"And how did they react?"
"They spurned them. Ugly, albino Russians. No way! They were all scared
of them ... "
A clear path
The Soviet base is next to the old sugar mill settlement. About three
kilometers. The road is open and clear, and runs under a canopy of foliage.
The vegetation grows denser. The path, very narrow, is intermittent. The
forest swallowed the base. The last few meters are like leagues. Where
the missiles once were is concealed under the greenery, better
camouflaged than during the era of the Red Army.
"The warehouse is there, a kind of warehouse!" Reinaldo says,
exclamatory, hyperbolic. "A few rockets fit there!"
And there it is. The block wall is there at the back. Silent mouths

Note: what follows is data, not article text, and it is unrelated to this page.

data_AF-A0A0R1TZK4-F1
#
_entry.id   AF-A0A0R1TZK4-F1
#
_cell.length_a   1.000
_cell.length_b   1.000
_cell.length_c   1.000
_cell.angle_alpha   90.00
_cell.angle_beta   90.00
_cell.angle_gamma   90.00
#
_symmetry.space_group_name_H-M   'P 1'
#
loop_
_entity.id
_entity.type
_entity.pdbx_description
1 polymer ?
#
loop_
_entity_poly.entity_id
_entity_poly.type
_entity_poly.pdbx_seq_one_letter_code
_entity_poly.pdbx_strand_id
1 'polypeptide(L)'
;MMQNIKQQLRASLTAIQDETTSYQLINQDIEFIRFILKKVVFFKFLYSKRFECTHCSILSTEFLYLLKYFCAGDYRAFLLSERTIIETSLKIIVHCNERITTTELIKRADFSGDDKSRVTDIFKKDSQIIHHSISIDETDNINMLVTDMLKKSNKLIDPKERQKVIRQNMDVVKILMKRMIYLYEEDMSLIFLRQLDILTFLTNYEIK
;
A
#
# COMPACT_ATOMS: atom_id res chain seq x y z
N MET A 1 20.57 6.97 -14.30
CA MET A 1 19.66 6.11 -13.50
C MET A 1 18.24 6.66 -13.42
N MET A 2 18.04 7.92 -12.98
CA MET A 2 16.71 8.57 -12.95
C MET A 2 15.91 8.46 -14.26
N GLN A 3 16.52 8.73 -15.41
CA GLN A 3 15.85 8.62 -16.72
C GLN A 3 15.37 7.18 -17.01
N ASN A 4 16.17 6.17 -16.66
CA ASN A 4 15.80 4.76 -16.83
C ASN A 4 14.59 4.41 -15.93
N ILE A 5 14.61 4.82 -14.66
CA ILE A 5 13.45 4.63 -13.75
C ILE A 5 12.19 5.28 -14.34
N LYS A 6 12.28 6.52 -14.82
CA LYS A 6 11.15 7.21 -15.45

could swallow any masterpiece of the arms race, but it is the jungle
that is consuming the warehouse, armory or hangar. The overgrowth
extends. Outside a broken plaque survives. Apparently they wanted to
commemorate the successful Operation Anadyr.
I read the fragments. It says "Pueb ..." - pueblo? - somewhere. At the
end there is an incomplete date and an unmistakable trace of the
missiles: "R-12," the name of one of the first intercontinental
With the USSR gone, and Cuba historically impotent, no one lays claim to
this relic of the Cold War. No museum or visitors. Nor fear part of
people's memories. Because Cubans were distracted, festive, irresolute.
"There was talk of war, but without fear, as if it were not going to
affect us." Rum for shoes. And the mock rocket, that frivolity of ours,
never had a chance to explode.